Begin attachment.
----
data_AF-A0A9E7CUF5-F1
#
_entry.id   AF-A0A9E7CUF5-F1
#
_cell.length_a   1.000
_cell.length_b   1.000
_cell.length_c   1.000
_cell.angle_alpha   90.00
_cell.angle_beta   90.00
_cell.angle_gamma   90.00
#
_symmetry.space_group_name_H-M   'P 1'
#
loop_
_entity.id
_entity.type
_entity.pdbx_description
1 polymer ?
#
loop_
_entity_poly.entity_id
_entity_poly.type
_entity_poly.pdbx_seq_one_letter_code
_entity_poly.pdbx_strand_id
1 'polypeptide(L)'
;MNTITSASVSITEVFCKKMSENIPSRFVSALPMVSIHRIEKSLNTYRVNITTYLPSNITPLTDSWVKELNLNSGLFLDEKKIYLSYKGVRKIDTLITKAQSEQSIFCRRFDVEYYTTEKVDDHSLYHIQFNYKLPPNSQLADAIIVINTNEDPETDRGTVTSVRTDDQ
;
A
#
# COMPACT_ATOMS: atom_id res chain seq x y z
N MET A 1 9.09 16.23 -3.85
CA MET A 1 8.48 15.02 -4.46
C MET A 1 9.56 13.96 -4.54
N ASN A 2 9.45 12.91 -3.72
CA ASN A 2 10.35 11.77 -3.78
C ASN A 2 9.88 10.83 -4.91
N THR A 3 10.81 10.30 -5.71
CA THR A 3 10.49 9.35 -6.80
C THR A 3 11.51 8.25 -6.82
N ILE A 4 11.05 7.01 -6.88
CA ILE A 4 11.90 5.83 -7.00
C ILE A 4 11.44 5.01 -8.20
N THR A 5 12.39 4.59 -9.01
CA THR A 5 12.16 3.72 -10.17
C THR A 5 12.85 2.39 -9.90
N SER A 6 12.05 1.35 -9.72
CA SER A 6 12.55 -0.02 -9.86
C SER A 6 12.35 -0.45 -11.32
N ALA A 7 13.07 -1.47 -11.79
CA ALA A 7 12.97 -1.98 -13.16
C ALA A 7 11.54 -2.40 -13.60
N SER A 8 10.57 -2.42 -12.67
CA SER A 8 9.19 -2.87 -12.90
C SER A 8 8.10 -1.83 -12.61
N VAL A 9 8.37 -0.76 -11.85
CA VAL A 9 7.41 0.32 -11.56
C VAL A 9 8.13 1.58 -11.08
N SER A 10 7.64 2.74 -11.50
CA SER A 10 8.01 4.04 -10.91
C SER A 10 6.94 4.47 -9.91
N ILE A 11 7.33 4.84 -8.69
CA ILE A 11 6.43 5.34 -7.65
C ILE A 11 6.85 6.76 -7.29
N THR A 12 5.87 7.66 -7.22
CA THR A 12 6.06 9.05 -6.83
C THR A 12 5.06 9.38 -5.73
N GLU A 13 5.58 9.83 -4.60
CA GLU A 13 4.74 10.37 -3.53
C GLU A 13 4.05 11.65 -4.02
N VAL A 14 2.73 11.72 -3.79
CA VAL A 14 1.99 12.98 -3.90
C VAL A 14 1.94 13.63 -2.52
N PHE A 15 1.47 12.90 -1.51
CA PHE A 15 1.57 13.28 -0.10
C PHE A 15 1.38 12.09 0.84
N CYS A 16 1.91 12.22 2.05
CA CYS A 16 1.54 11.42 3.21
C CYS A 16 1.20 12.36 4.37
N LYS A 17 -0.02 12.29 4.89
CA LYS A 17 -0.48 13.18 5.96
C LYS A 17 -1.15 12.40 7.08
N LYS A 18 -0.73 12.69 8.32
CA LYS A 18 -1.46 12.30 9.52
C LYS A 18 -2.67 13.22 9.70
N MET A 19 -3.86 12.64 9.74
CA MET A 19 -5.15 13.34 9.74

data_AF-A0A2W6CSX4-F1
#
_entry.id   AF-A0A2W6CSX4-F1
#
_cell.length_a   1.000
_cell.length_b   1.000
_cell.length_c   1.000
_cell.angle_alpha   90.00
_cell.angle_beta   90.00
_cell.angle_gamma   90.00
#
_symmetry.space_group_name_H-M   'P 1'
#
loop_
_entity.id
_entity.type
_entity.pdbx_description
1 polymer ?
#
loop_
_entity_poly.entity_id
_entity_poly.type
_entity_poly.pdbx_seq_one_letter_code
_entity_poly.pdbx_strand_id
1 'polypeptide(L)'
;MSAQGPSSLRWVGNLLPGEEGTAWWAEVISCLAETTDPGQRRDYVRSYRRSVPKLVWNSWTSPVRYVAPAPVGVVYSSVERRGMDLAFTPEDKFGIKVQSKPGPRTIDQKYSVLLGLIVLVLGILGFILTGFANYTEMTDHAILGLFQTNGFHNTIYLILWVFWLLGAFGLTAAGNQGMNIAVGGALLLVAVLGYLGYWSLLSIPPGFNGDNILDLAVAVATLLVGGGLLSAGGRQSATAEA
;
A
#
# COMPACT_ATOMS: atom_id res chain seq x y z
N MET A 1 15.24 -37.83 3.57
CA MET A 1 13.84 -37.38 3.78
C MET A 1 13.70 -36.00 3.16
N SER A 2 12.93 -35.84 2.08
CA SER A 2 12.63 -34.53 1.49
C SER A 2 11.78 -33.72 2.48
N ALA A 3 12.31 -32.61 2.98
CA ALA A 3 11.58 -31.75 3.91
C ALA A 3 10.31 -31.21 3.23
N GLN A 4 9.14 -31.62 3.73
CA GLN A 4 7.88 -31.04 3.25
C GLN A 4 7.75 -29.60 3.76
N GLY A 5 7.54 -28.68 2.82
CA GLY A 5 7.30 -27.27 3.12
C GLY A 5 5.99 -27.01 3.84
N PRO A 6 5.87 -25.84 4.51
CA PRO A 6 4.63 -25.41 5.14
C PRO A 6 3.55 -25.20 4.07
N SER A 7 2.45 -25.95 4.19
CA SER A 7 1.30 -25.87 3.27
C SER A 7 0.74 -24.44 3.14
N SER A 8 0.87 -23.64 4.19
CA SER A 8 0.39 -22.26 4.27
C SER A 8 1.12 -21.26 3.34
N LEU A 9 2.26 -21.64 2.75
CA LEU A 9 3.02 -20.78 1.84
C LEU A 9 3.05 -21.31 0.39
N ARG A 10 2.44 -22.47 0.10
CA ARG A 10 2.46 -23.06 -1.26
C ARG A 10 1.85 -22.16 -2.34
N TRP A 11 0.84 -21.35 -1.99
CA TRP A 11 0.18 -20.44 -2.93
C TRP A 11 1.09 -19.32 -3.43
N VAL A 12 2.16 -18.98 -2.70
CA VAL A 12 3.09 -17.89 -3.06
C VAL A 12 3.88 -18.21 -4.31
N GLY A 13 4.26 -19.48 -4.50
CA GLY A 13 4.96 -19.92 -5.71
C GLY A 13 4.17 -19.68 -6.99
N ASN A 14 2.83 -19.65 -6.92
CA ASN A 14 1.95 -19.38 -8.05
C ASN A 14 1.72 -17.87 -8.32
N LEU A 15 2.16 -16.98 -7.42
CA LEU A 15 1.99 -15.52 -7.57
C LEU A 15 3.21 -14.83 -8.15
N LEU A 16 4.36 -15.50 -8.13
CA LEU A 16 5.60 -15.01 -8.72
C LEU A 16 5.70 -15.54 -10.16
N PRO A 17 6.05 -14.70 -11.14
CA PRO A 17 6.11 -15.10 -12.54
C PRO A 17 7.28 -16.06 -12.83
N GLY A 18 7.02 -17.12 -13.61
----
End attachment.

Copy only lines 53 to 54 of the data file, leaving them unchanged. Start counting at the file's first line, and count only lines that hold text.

CA SER A 8 9.19 -2.87 -12.90
C SER A 8 8.10 -1.83 -12.61